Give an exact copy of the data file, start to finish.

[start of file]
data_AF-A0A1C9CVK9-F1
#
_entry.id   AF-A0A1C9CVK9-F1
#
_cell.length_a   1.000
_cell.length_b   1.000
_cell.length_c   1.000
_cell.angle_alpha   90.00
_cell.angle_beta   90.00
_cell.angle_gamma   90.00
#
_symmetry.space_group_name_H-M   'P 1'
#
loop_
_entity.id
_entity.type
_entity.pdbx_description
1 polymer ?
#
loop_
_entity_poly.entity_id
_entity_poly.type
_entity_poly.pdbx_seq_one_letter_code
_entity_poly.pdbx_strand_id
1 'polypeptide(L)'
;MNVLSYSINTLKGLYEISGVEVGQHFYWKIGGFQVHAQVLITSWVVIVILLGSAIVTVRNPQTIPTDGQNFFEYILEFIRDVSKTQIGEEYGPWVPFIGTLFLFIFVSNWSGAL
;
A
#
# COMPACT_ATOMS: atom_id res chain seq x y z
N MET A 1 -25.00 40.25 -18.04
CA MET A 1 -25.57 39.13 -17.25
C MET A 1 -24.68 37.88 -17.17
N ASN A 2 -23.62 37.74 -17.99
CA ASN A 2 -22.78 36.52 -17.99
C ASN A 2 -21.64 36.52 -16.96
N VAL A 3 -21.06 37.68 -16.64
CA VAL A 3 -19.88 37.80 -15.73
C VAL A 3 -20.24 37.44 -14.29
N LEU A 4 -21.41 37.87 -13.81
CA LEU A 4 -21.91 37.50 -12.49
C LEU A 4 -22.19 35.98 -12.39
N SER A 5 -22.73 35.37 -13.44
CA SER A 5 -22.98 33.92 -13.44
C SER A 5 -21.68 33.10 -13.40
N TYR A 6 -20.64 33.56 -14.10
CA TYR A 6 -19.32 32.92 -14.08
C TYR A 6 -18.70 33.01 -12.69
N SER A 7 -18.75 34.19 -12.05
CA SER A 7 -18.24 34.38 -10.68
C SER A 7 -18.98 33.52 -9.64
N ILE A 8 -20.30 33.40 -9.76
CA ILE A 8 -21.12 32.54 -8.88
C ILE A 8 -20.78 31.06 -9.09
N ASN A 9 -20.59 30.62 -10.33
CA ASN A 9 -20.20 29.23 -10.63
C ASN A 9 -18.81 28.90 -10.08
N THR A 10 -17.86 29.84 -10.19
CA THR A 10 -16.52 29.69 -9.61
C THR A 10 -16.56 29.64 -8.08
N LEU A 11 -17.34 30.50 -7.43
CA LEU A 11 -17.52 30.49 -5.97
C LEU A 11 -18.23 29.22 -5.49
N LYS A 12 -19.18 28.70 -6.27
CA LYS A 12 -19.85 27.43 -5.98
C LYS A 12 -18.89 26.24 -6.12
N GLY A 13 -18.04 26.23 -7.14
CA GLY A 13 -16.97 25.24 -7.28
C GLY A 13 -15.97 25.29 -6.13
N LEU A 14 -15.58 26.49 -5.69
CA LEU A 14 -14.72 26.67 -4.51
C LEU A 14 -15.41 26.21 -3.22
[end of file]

data_AF-A0A1C9CVK9-F1
#
_entry.id   AF-A0A1C9CVK9-F1
#
_cell.length_a   1.000
_cell.length_b   1.000
_cell.length_c   1.000
_cell.angle_alpha   90.00
_cell.angle_beta   90.00
_cell.angle_gamma   90.00
#
_symmetry.space_group_name_H-M   'P 1'
#
loop_
_entity.id
_entity.type
_entity.pdbx_description
1 polymer ?
#
loop_
_entity_poly.entity_id
_entity_poly.type
_entity_poly.pdbx_seq_one_letter_code
_entity_poly.pdbx_strand_id
1 'polypeptide(L)'
;MNVLSYSINTLKGLYEISGVEVGQHFYWKIGGFQVHAQVLITSWVVIVILLGSAIVTVRNPQTIPTDGQNFFEYILEFIRDVSKTQIGEEYGPWVPFIGTLFLFIFVSNWSGAL
;
A
#
# COMPACT_ATOMS: atom_id res chain seq x y z
N MET A 1 -25.00 40.25 -18.04
CA MET A 1 -25.57 39.13 -17.25
C MET A 1 -24.68 37.88 -17.17
N ASN A 2 -23.62 37.74 -17.99
CA ASN A 2 -22.78 36.52 -17.99
C ASN A 2 -21.64 36.52 -16.96
N VAL A 3 -21.06 37.68 -16.64
CA VAL A 3 -19.88 37.80 -15.73
C VAL A 3 -20.24 37.44 -14.29
N LEU A 4 -21.41 37.87 -13.81
CA LEU A 4 -21.91 37.50 -12.49
C LEU A 4 -22.19 35.98 -12.39
N SER A 5 -22.73 35.37 -13.44
CA SER A 5 -22.98 33.92 -13.44
C SER A 5 -21.68 33.10 -13.40
N TYR A 6 -20.64 33.56 -14.10
CA TYR A 6 -19.32 32.92 -14.08
C TYR A 6 -18.70 33.01 -12.69
N SER A 7 -18.75 34.19 -12.05
CA SER A 7 -18.24 34.38 -10.68
C SER A 7 -18.98 33.52 -9.64
N ILE A 8 -20.30 33.40 -9.76
CA ILE A 8 -21.12 32.54 -8.88
C ILE A 8 -20.78 31.06 -9.09
N ASN A 9 -20.59 30.62 -10.33
CA ASN A 9 -20.20 29.23 -10.63
C ASN A 9 -18.81 28.90 -10.08
N THR A 10 -17.86 29.84 -10.19
CA THR A 10 -16.52 29.69 -9.61
C THR A 10 -16.56 29.64 -8.08
N LEU A 11 -17.34 30.50 -7.43
CA LEU A 11 -17.52 30.49 -5.97
C LEU A 11 -18.23 29.22 -5.49
N LYS A 12 -19.18 28.70 -6.27
CA LYS A 12 -19.85 27.43 -5.98
C LYS A 12 -18.89 26.24 -6.12
N GLY A 13 -18.04 26.23 -7.14
CA GLY A 13 -16.97 25.24 -7.28
C GLY A 13 -15.97 25.29 -6.13
N LEU A 14 -15.58 26.49 -5.69
CA LEU A 14 -14.72 26.67 -4.51
C LEU A 14 -15.41 26.21 -3.22